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Eagle Scouts Fly High as Swimming Student-Athletes

Junior All-OAC swimmer Greg Shaw receives his Eagle Scout certificate.
Junior All-OAC swimmer Greg Shaw receives his Eagle Scout certificate.

By: Cannon Dees '20

BEREA, Ohio- The necessary skills, characteristics and mindset to be a Baldwin Wallace swimmer can be achieved many ways. For junior All-Ohio Athletic Conference swimmer Greg Shaw (Colorado Springs, Colo./Manitou Springs) and sophomores Conner Hartup (Westlake/Westlake) and Matthew Butt (Westfield Center/Cloverleaf), joining The Boy Scouts of America and staying dedicated all the way to the rank of Eagle Scout was their chosen path, and it shows in pool.

What It Takes

In order to become the highest rank available in the Boy Scouts of America, the Eagle Scout, one must advance through all other six ranks by completing different skills for merit badges. There are over 130 merit badges to be achieved in different categories such as sports, crafts, science, trades, business and different skills such as tying knots or cooking. While these badges are required to advance in the ranks, an Eagle Scout hopeful must create their own service project for their community in addition to attending other service projects. This is followed by a Scout Master conference and an Eagle Scout Board of Review to determine if the individual has earned the rank of Eagle Scout.

Hartup created a service project in which he constructed "Designated on Deck Circles" for the young baseball players in his area. Six of these were constructed to help reduce injuries from flying bats and make sure kids warming up weren't in harm's way. Other service projects that Hartup attended involved painting and restoration on community property such as park shelters or building bookshelves.

When it was Shaw's time to develop a service project, he wanted to help make a difference for something he really cared about. This led to him building a fence around the local pool, a place where he spent much of his time and a place he could help impact future swimmers and even scouts.

Butt started a project that involved him making bible racks for his local church that held his troop's meetings. Creating the 70 bible racks included cutting, sanding and staining all the wood. "It sounds fairly simply, but with the quantity we were doing it was actually quite a lot of work" he said.

The Pay-Off

Shaw, Hartup and Butt all excelled not only in scouts, but in the pool as well. Boy Scouts helped give them the skills necessary to compete in NCAA Division III athletics.

Hartup attributes his problem-solving abilities and his hard work ethic to his time as a scout. "It also helped me to become a lifeguard and prepared me to save 10 lives while on duty" Hartup said. Hartup earned his first varsity letter as a freshman last season and is looking to earn his second this year. He is off to a strong start and has already set career-best times in eight events this season.  

Shaw credits the Boy Scouts for holding him accountable in any situation and to always finish what he started. "Becoming an Eagle Scout takes a long time and a lot of dedication and so does getting good at a sport" he said. His dedication is evident as Shaw is a three-time school record holder.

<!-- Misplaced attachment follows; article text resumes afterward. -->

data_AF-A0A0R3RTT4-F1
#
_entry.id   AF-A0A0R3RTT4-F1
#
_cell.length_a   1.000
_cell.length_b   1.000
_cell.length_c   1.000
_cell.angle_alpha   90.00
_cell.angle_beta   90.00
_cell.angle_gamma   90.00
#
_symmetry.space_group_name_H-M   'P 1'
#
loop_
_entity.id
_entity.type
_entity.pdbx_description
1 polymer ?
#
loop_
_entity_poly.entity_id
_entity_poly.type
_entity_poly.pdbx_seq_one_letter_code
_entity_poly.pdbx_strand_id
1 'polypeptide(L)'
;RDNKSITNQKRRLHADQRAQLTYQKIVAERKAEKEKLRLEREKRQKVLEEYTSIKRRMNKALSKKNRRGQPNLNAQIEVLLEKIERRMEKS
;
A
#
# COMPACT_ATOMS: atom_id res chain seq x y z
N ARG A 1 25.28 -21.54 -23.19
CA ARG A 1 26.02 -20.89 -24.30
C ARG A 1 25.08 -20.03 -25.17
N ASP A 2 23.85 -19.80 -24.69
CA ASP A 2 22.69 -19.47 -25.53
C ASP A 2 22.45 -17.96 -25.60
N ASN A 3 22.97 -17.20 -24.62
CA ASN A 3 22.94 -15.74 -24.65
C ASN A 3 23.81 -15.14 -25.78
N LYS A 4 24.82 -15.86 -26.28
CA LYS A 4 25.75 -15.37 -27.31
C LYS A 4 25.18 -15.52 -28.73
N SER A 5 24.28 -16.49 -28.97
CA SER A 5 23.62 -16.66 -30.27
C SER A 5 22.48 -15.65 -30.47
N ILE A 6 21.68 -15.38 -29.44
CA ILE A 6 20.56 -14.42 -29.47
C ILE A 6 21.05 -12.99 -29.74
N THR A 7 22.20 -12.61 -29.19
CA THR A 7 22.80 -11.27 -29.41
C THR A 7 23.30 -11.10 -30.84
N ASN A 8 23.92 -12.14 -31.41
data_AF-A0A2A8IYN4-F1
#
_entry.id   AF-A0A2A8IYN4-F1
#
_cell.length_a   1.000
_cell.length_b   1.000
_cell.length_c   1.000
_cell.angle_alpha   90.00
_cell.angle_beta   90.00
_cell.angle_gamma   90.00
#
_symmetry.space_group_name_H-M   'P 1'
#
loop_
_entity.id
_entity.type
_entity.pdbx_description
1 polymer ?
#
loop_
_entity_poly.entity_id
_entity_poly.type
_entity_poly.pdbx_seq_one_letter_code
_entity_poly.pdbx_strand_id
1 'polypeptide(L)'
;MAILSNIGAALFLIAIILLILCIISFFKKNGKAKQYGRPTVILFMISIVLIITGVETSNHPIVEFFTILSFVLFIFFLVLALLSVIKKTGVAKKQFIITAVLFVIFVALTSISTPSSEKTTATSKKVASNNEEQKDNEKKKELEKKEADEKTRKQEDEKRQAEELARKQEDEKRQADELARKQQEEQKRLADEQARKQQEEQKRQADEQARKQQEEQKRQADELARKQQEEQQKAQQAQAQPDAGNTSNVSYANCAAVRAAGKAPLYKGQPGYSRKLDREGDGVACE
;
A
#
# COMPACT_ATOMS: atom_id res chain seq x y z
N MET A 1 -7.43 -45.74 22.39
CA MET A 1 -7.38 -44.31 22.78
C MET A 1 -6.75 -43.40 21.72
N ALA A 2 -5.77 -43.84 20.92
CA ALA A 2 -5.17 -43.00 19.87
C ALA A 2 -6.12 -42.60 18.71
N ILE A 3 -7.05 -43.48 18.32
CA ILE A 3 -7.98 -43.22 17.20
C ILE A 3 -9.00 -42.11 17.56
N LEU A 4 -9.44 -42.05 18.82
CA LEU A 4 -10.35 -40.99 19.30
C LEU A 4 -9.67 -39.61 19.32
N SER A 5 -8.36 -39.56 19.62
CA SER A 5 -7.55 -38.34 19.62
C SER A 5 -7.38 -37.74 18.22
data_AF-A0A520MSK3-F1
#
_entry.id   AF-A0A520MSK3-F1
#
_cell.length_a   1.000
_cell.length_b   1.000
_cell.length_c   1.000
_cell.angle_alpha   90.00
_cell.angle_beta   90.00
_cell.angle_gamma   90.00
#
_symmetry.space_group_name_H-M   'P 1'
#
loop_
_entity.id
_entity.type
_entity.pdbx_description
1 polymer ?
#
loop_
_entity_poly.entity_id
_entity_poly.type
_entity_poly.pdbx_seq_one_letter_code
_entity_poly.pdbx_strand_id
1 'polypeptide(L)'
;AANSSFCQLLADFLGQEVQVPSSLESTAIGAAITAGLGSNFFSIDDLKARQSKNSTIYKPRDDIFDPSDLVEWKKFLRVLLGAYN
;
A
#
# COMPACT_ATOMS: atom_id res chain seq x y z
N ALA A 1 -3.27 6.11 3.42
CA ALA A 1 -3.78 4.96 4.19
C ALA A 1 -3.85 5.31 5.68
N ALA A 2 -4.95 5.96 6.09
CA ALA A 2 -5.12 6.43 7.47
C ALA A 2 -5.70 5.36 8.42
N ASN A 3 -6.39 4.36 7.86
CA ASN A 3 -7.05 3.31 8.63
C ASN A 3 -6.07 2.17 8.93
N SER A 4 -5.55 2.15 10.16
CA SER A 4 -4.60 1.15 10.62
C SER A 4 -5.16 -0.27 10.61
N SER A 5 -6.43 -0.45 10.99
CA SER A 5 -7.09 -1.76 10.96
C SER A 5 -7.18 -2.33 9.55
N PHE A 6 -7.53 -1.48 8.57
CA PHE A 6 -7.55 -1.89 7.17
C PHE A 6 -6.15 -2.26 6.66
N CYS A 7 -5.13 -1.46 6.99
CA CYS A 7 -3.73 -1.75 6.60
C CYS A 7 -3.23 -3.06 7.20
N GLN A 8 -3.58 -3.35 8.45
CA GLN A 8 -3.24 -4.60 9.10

"I would say scouting helped me be more of a leader since as you grow older more of the responsibilities of helping younger scouts is now on you" said Butt. Also earning a varsity letter as a freshman last year, Butt looks to repeat this year and has already set career-bests in two events this season.  

The Lasting Effects

Hartup's favorite memory from his time in Boy Scouts was finally reaching the rank of Eagle Scout after all of the time and effort that was put in. "Through all my experiences with scouts I learned how to work hard and not give up on my dreams. I will also take these experiences and try to continue to help as many people as I possibly can" he said.

For Shaw, it was canoeing through Minnesota for seven days, hiking in New Mexico for nearly two weeks and sailing from Marathon Key, Florida to Key West, Florida that has stuck in his memory. "I will always remember all the good memories and all the hard work I had to put in to reach the end goal.  I also learned a lot of life lessons from all my leaders who served in the military and brought that toughness into the scouts" Shaw said.

Butt recalls the time he hiked 50 miles in the upper peninsula of Michigan with his dad and closest friends in the Scouts. As it was a "high trip", the older scouts were only allowed to go on the trail with what they could carry on their backs. "It doesn't matter what you have or where you are, the thing that truly makes your memories special are the people you are with... I don't know if I'd remember the things I do from scouts if I didn't have the friends and family to back up those memories. They are what truly make a life and memories special to me" Butt said.

"I think Greg, Conner and Matt all came into BW already achieving a feat that takes many years and commitment to the 'plan' - having seen through the Eagle Scout process gave them the problem solving skills and commitment skills that are crucial to academic achievement," said Head Swimming and Diving Coach Laura Wolff. "In the water they are all incredibly hard workers and exceptionally 'good guys' to be around. They support their teammates and swim events for us that are considered to be some of the most challenging in the college event schedule."

While school and swimming are the priority of Hartup, Shaw and Butt right now, all three expressed interest in eventually returning to The Boy Scouts of America to help the next generation of scouts.